March 31 (Bloomberg) -- Turkey’s Prime Minister Recep Tayyip Erdogan said a win in local elections hands him a mandate to chase the “traitors” within the state who are behind months of graft allegations.
Erdogan’s Justice and Development Party or AKP won 46 percent of the vote yesterday, according to unofficial results reported by NTV television with 98 percent of ballot boxes counted. That’s up from 39 percent in the 2009 vote. The AKP was set to retain control of Istanbul and was running neck-and-neck in the capital, Ankara, with the main opposition Republican People’s Party, which won 28 percent nationwide. The lira jumped more than 1 percent to the highest level in two months.
Even amid the worst crisis of Erdogan’s rule, the opposition made few inroads into the dominance of his party, which has won every election since it came to power in 2002. The premier campaigned on his successes in improving the economy, health care and transport, saying that record was more important to Turks than corruption charges concocted by political enemies.
“Wherever they’ve infiltrated in the state over the past 35 to 40 years, we’ve been victimized,” Erdogan said. “But now, the time has come to weed them out.”
Yesterday’s vote took place after a deluge of recordings, some purportedly from police wiretaps, flooded the Internet and called into question everything from the financial probity of Erdogan’s ministers and family and their religious piety to the integrity of Turkey’s foreign policy and the independence of its media. The nation’s financial markets have plunged since news of corruption investigations emerged in December, though they rallied in the week leading up to the balloting.
‘Politics of Lies’
“The nation has foiled insidious plans and immoral traps,” Erdogan told thousands of jubilant supporters. He called the results a defeat for the “politics of lies and montage,” referring to the recordings.
Addressing supporters from the balcony of his party headquarters in Ankara, Erdogan pledged to bring “a stronger economy and politics as well as democracy.” He also pledged to go after the movement of U.S.-based Islamist cleric Fethullah Gulen. The government accuses Gulen’s supporters in the judiciary and police of instigating the graft probe that ensnared several of his ministers, and leaking its contents.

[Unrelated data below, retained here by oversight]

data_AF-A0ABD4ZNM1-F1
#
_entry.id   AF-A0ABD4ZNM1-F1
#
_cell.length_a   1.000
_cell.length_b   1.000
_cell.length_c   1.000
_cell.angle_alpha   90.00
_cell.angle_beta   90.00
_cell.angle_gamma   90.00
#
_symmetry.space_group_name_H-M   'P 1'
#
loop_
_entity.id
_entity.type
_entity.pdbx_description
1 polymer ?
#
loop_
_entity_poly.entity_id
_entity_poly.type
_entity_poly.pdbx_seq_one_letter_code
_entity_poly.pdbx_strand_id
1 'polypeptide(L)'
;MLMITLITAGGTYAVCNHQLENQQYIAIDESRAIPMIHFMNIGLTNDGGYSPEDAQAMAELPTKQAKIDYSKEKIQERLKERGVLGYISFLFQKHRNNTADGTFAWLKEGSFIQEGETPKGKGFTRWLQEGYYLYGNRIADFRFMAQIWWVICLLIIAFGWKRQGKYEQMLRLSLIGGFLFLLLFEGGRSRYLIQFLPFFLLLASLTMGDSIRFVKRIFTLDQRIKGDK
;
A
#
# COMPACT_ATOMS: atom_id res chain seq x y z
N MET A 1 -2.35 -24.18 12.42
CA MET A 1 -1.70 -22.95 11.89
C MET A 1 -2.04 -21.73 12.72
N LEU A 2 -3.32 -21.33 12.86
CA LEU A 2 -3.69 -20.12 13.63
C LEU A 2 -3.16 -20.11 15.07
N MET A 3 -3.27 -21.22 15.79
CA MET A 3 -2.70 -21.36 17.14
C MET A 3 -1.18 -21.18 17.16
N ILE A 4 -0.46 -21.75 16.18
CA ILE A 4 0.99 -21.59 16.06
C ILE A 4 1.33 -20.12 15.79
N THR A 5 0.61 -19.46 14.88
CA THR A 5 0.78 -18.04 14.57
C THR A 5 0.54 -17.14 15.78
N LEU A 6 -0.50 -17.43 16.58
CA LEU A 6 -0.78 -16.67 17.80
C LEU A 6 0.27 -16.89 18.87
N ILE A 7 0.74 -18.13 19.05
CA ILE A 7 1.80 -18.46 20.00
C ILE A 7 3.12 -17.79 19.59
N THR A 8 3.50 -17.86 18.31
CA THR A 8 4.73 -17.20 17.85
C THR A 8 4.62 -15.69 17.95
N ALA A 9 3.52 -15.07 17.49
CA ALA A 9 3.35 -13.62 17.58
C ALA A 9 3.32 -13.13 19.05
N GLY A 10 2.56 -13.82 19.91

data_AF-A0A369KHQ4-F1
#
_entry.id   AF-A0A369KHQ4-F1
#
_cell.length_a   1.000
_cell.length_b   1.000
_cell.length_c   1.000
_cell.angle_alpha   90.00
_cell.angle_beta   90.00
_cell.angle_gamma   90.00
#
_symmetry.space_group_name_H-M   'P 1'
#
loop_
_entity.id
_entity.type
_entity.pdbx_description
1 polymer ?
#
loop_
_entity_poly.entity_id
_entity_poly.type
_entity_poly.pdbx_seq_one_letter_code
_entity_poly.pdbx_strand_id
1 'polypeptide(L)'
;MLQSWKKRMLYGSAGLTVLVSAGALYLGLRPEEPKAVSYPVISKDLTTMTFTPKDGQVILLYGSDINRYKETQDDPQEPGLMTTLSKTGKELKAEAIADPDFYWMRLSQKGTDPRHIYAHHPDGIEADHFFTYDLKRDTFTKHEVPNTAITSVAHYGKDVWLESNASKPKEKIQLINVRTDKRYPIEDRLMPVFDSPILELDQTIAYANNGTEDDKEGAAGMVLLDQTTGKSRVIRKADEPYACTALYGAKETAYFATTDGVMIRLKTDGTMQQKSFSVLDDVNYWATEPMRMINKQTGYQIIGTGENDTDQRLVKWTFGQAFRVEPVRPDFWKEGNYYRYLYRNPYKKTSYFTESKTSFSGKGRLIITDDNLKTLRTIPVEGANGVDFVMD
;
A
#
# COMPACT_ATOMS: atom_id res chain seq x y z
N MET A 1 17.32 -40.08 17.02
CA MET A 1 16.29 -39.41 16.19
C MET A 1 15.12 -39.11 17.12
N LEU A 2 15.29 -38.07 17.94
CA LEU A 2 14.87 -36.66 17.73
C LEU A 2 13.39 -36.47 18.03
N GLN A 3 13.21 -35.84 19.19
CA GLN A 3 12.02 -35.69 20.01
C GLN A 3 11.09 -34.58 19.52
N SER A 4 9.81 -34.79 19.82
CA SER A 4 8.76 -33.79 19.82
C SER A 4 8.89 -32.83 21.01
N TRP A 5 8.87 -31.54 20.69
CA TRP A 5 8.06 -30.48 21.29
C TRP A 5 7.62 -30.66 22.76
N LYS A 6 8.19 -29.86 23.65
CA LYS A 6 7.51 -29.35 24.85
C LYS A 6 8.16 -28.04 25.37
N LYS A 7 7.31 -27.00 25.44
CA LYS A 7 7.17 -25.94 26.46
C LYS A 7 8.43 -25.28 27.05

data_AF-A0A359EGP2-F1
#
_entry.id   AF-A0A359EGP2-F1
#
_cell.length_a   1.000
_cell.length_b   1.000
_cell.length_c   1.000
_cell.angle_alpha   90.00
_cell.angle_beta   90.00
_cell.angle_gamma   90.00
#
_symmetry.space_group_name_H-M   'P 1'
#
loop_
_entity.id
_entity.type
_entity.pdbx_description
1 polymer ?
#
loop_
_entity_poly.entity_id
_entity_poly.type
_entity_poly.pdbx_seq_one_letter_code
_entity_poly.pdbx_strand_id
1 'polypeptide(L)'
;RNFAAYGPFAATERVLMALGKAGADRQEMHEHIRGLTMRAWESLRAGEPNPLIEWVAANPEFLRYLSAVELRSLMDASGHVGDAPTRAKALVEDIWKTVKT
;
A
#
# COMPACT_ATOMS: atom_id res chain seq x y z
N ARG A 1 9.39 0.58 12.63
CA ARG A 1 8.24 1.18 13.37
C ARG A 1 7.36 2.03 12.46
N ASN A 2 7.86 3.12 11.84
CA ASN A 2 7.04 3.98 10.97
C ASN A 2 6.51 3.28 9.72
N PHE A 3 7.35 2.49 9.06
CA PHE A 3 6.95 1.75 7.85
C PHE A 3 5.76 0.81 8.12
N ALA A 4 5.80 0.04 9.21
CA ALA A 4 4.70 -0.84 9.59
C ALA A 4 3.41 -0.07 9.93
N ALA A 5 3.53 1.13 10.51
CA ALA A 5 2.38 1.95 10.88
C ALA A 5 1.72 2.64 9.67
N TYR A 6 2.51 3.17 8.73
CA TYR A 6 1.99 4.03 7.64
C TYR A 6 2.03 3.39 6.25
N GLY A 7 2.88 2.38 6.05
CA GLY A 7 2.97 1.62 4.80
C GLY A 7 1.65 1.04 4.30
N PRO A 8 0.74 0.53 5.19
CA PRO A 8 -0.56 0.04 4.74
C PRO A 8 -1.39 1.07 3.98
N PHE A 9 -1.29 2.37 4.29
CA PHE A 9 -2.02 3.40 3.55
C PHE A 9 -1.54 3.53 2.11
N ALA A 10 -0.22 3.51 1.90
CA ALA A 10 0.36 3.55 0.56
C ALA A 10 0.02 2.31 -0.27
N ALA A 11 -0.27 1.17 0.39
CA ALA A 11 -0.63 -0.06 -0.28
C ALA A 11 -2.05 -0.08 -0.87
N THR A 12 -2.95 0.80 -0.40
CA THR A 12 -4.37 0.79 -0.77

The opposition Republicans said initial results were manipulated, without presenting evidence, and were claiming victory in Ankara, where NTV’s preliminary results had Erdogan’s party less than 1 percentage point ahead.
The opposition Nationalist Movement Party came third nationally with 15 percent of the vote, NTV reported.
Erdogan has responded to the probe by firing prosecutors and thousands of police officials, saying they were taking orders from Gulen, and slapping bans on Twitter and YouTube. Emrullah Isler, deputy prime minister, said the local election victory would provide momentum for a presidential election in August, which Erdogan may contest.
The AKP has roots in Islamist movements and has won support by easing curbs on religion imposed by previous secular-minded administrations. It won in cities across Turkey yesterday, with the exception of Kurdish and secular strongholds in the southeast and the Aegean and Mediterranean coasts respectively.
Erdogan’s appeal is largely based on economic growth that has averaged more than 5 percent a year. Economists have cut their growth forecasts for this year amid the political crisis and the slide of the lira, which led the central bank to raise interest rates in January. The median estimate in the latest Bloomberg survey of economists on March 27 was 2.2 percent.
A “strong overall victory” for AKP would also be positive for the Turkish lira and would “strongly increase the likelihood of an AKP victory in the presidential elections,” Abbas Ameli-Renani, an analyst at Royal Bank of Scotland Group Plc in London, said by e-mail yesterday.
The Turkish lira gained 1.1 percent to 2.1668 per dollar as of 10:13 a.m. in Istanbul, according to data compiled by Bloomberg.
The rally may be short-lived because a “notable pickup in street protests” is likely in reaction to Erdogan’s win, Ameli-Renani said.
“Turkey is now divided into two camps,” Henri Barkey, a Turkey expert who is a professor at Lehigh University in Pennsylvania, said by phone. “No matter what the results are, we are going to see great instability.”
In the last week before the vote, Turkish markets rallied, paring the losses they posted since Dec. 17 when the graft allegations became public. The benchmark equity index added 7 percent in the week, though it’s still down 7.7 percent since Dec. 17. Yields on benchmark two-year bonds fell 69 basis points last week to 10.79 percent.
In southeast Turkey, Kurdish parties that seek regional autonomy headed the vote count in most cities. Erdogan has broken taboos by starting a dialogue with Kurdish militants who have been fighting the Turkish army for three decades. The separatists have warned that violence may flare again if Erdogan doesn’t take concrete measures to meet their demands soon after the local vote.
To contact the editors responsible for this story: Andrew J. Barden at email@example.com Alaa Shahine, Glen Carey